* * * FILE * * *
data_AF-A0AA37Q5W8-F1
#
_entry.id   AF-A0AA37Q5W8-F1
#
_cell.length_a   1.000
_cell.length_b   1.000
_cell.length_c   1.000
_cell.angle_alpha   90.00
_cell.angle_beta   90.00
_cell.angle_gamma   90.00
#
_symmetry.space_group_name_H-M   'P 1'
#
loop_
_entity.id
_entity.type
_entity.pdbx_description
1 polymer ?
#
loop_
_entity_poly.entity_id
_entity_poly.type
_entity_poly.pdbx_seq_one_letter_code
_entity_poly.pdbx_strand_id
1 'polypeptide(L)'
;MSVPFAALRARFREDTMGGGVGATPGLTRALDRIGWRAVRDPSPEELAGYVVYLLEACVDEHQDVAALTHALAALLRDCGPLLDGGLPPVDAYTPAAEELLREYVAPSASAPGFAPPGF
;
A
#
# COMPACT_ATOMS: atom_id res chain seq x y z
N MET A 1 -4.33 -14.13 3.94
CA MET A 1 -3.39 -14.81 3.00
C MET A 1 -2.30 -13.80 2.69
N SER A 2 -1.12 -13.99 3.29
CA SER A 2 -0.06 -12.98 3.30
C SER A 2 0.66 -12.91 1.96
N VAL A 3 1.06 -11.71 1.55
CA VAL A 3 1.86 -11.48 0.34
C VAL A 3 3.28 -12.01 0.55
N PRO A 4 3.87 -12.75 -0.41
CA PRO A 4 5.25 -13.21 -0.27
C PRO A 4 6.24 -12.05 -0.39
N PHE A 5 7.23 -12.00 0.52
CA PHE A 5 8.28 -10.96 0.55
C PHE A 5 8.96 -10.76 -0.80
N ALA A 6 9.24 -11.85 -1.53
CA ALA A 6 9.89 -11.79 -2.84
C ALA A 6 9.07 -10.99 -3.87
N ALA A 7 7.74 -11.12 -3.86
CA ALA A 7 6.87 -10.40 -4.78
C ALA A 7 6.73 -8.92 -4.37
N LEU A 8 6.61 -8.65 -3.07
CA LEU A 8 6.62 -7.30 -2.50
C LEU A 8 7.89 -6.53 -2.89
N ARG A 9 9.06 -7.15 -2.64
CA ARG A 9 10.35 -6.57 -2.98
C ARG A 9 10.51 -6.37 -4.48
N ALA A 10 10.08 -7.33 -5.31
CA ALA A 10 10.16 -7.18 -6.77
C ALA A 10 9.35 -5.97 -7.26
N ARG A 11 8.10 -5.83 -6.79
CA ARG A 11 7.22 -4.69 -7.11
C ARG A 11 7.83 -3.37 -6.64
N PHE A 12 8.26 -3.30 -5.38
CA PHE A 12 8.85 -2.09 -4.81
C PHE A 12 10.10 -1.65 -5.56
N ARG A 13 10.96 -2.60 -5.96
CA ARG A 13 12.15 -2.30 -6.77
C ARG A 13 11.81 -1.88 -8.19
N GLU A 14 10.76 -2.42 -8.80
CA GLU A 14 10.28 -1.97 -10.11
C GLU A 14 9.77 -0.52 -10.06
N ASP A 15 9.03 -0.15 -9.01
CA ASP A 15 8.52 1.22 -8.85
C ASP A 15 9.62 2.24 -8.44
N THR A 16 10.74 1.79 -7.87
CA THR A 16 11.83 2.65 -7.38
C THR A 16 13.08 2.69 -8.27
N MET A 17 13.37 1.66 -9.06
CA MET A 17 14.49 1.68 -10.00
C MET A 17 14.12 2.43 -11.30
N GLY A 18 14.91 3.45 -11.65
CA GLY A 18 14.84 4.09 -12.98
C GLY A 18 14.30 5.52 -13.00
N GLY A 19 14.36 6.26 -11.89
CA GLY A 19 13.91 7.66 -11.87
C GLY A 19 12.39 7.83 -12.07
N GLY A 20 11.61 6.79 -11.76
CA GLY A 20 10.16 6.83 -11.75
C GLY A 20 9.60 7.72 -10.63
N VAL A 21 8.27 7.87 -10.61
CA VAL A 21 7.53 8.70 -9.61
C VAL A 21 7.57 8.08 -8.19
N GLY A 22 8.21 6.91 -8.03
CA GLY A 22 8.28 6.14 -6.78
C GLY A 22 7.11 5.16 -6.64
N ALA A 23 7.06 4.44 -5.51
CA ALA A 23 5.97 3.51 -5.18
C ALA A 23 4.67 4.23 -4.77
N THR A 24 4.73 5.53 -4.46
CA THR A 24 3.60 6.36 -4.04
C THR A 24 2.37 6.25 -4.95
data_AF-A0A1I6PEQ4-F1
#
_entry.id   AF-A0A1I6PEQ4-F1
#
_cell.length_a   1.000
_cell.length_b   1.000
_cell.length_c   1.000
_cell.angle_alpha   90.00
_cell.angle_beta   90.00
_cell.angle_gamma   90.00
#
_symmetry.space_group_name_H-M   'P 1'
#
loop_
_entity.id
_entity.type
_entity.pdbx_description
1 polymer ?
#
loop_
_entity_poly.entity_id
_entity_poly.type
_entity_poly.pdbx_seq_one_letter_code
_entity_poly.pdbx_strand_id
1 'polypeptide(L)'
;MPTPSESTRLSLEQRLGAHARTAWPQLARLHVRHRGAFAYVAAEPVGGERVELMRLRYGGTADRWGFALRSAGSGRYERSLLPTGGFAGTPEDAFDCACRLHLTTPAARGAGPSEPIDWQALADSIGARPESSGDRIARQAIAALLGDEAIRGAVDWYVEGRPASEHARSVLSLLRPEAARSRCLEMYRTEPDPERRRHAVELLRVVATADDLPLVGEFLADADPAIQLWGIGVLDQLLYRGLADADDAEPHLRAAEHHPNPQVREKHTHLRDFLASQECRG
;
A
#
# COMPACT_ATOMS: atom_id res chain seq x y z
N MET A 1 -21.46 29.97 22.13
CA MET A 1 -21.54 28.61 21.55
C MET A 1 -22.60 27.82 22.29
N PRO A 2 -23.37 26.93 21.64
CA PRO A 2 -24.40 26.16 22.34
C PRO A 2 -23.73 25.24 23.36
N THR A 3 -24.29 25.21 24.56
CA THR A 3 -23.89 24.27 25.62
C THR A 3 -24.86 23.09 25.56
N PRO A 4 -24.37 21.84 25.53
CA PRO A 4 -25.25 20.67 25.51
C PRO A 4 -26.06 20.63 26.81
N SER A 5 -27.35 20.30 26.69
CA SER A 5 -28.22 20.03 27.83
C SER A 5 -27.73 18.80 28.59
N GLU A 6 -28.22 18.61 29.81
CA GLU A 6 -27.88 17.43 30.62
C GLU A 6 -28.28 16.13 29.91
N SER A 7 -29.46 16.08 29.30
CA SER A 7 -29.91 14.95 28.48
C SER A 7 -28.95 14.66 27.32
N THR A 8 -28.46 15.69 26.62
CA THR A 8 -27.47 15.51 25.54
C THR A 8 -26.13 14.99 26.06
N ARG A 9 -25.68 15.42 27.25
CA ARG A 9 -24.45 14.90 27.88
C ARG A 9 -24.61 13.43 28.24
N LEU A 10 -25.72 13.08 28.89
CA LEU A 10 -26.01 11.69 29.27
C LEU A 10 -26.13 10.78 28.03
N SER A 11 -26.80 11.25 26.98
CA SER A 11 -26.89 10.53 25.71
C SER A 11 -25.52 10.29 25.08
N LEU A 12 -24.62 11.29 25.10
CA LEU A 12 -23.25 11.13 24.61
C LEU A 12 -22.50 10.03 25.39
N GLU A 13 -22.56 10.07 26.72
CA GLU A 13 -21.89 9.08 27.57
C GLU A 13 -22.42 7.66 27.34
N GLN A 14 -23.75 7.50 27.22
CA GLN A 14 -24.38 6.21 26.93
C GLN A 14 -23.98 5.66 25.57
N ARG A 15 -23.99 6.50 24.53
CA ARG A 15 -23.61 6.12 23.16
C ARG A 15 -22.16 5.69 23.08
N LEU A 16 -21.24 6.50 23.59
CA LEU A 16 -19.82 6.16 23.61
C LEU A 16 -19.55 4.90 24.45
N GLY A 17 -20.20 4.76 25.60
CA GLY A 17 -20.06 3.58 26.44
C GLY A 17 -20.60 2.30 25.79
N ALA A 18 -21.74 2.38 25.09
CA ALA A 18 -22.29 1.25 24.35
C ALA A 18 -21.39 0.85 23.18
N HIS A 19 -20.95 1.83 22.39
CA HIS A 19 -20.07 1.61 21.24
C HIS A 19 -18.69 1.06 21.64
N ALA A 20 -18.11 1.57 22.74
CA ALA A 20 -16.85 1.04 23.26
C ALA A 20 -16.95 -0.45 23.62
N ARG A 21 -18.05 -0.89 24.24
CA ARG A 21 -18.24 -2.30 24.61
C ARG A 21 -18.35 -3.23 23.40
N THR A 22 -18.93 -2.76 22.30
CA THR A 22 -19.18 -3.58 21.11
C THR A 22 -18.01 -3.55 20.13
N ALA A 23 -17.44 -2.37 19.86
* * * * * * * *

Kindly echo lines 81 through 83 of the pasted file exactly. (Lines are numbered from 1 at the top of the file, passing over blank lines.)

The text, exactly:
C MET A 17 14.12 2.43 -11.30
N GLY A 18 14.91 3.45 -11.65
CA GLY A 18 14.84 4.09 -12.98